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Islamic microfinance: an ethical alternative to poverty alleviation

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  • Abdul Rahim Abdul Rahman

Abstract

Purpose – The purpose of this paper is to assess the potential of Islamic financing schemes for microfinancing purposes. Design/methodology/approach – The paper contends that Islamic finance has an important role to contribute for furthering socio-economic development of the poor and small (micro) entrepreneurs without charging interest (read: riba'). Findings – Islamic finance offers various ethical schemes and instruments that can be advanced and adapted for the purpose of microfinance. Comparatively, qardhul hasan, murabahah, and ijarah schemes are relatively easy to manage and will ensure the capital needs (qardhul hasan), equipments (murabahah) and leased equipments (ijarah) for potential micro-entrepreneurs and the poor. Participatory schemes such as mudarabah and musharakah, on the other hand, have great potentials for microfinance purposes as these schemes can satisfy the risk sharing needs of the micro-entrepreneurs. Research limitations/implications – The paper is only conceptual and does not aim to empirically examine the issues or theories. However, the paper will definitely be useful to develop hypotheses for future research, especially in this relatively new area of Islamic microfinance. Practical implications – The Islamic concepts of microfinance will be of interest especially to many microfinance institutions. The paper will also be a good introduction to practitioners in the microfinance sector to understand the relevance and limitations of Islamic financing schemes. Originality/value – Islamic financing schemes are argued as having moral and ethical attributes that can effectively motivate micro-entrepreneurs to thrive. These schemes, however, require specialized skills in managing risks inherent in the structure of the contracts. In theory, different schemes can be used for different purposes depending on the risk profile of the micro-entrepreneurs.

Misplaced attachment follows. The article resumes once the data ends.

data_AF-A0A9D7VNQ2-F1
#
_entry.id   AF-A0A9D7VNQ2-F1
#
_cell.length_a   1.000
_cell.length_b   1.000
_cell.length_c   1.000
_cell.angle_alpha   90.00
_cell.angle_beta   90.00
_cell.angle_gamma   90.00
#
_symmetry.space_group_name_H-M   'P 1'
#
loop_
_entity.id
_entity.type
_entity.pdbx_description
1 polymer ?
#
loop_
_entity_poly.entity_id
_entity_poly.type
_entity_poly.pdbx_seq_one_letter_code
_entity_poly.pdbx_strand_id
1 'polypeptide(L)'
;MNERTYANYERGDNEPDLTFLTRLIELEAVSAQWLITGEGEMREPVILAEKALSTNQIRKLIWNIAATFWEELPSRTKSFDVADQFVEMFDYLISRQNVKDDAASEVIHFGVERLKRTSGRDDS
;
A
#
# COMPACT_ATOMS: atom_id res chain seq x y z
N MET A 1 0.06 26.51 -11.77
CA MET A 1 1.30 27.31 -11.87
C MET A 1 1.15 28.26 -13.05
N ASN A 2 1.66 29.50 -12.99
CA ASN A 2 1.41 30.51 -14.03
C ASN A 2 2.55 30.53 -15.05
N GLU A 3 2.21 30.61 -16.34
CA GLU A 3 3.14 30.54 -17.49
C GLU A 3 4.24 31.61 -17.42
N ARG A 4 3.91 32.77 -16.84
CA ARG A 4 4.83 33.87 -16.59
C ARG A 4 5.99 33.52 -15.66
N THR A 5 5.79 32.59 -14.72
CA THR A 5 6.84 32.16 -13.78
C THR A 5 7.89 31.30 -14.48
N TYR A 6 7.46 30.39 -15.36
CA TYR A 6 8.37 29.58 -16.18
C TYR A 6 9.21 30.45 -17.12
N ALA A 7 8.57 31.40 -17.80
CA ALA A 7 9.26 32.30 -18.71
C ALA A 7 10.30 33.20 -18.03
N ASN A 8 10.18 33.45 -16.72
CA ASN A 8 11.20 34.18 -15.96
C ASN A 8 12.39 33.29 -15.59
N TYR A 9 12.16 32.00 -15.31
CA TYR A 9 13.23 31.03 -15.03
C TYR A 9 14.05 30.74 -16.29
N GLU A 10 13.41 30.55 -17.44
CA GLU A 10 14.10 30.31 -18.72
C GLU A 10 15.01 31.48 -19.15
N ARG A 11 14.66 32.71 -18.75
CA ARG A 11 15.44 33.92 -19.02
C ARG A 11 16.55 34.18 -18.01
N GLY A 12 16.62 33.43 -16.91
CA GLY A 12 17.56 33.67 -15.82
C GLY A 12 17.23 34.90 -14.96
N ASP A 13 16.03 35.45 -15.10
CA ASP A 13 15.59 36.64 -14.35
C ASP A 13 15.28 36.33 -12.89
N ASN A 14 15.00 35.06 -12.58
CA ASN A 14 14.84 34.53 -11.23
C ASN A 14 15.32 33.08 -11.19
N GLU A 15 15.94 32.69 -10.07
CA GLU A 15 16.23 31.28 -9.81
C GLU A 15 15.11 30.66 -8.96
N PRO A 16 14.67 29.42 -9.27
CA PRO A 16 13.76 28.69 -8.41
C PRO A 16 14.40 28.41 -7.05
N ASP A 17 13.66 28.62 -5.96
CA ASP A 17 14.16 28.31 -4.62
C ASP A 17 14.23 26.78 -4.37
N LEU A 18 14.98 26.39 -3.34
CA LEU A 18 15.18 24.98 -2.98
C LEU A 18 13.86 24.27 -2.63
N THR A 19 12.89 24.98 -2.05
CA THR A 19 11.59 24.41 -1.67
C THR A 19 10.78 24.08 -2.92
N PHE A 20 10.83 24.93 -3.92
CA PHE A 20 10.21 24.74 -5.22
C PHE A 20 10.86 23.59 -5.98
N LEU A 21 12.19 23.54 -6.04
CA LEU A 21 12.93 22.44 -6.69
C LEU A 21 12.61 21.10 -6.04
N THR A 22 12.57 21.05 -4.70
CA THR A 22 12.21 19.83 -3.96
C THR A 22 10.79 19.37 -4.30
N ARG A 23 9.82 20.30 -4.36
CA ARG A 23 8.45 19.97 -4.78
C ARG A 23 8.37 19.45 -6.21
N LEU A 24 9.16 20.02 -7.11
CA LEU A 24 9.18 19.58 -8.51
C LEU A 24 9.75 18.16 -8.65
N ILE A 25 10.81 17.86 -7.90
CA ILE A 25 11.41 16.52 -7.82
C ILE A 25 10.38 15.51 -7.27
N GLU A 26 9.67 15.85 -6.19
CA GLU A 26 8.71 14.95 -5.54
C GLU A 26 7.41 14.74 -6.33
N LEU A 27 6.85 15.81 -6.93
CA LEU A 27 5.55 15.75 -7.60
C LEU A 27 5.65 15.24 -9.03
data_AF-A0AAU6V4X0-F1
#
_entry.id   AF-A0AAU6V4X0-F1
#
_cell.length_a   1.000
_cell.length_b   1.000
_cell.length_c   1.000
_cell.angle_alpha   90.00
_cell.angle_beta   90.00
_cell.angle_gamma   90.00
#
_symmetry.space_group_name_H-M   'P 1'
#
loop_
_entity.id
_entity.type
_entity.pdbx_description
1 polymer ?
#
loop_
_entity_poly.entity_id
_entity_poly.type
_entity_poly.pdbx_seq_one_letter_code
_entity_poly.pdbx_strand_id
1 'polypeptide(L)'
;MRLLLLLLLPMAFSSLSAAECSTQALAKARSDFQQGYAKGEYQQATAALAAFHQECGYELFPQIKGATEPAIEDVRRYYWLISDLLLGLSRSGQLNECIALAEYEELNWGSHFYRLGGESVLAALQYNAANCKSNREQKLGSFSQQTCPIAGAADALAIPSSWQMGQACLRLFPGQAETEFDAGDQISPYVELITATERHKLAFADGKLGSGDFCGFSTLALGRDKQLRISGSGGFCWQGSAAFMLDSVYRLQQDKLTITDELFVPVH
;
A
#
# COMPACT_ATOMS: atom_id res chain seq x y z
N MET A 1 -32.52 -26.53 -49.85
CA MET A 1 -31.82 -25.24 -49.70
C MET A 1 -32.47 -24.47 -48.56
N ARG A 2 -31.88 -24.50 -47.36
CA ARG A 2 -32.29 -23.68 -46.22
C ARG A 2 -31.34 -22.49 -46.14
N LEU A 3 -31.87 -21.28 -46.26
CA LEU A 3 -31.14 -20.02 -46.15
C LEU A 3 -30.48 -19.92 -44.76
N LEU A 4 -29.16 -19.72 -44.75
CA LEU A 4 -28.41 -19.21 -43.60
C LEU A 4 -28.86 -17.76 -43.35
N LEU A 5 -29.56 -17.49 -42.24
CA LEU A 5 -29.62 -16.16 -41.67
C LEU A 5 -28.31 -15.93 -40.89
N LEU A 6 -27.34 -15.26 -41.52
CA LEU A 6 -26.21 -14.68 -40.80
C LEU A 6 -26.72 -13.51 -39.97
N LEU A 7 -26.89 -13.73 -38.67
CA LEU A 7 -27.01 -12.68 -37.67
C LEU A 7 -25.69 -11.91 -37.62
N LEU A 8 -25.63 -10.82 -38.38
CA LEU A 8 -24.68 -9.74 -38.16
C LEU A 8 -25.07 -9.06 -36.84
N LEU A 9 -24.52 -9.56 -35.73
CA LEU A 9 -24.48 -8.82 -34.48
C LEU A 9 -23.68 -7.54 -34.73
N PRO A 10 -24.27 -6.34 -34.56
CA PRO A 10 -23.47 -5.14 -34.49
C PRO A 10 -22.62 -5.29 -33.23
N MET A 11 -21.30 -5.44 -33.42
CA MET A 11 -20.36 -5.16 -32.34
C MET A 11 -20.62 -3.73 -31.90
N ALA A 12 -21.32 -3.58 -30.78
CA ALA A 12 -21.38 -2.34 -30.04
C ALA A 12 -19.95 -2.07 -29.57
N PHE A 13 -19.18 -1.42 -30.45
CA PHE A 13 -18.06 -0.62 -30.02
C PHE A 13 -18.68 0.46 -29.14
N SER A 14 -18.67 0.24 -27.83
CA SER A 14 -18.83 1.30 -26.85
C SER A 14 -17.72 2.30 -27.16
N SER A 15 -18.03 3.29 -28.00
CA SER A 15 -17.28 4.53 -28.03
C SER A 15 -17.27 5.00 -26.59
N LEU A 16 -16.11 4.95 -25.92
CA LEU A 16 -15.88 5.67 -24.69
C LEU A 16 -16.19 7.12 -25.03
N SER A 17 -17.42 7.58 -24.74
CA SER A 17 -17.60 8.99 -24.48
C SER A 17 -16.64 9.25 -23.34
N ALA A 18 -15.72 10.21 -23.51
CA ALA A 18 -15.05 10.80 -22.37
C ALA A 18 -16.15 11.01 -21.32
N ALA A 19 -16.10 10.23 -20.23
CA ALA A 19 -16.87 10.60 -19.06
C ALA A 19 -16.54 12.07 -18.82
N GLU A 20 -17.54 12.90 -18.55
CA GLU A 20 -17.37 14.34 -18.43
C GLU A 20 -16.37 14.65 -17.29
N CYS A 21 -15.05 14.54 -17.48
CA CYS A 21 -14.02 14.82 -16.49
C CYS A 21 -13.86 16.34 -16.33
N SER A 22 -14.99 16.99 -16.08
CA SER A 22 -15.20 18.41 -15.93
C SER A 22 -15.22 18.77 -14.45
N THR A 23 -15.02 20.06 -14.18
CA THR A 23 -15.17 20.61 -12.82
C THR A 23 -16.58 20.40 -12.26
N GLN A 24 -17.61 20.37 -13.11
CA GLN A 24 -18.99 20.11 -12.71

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Bibliographic Info

Article provided by Emerald Group Publishing in its journal Humanomics: The International Journal of Systems and Ethics.

Volume (Year): 26 (2010)
Issue (Month): 4 (September)
Pages: 284-295

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Handle: RePEc:eme:humpps:v:26:y:2010:i:4:p:284-295

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Related research

Keywords: Ethics; Finance; Islam; Poverty;

References

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  1. Rodney Wilson, 2007. "Making Development Assistance Sustainable Through Islamic Microfinance," IIUM Journal of Economics and Management, IIUM Journal of Economis and Management, vol. 15(2), pages 177-196, December.
  2. Nicoletta Ferro, 2005. "Value Through Diversity: Microfinance and Islamic Finance and Global Banking," Working Papers 2005.87, Fondazione Eni Enrico Mattei.
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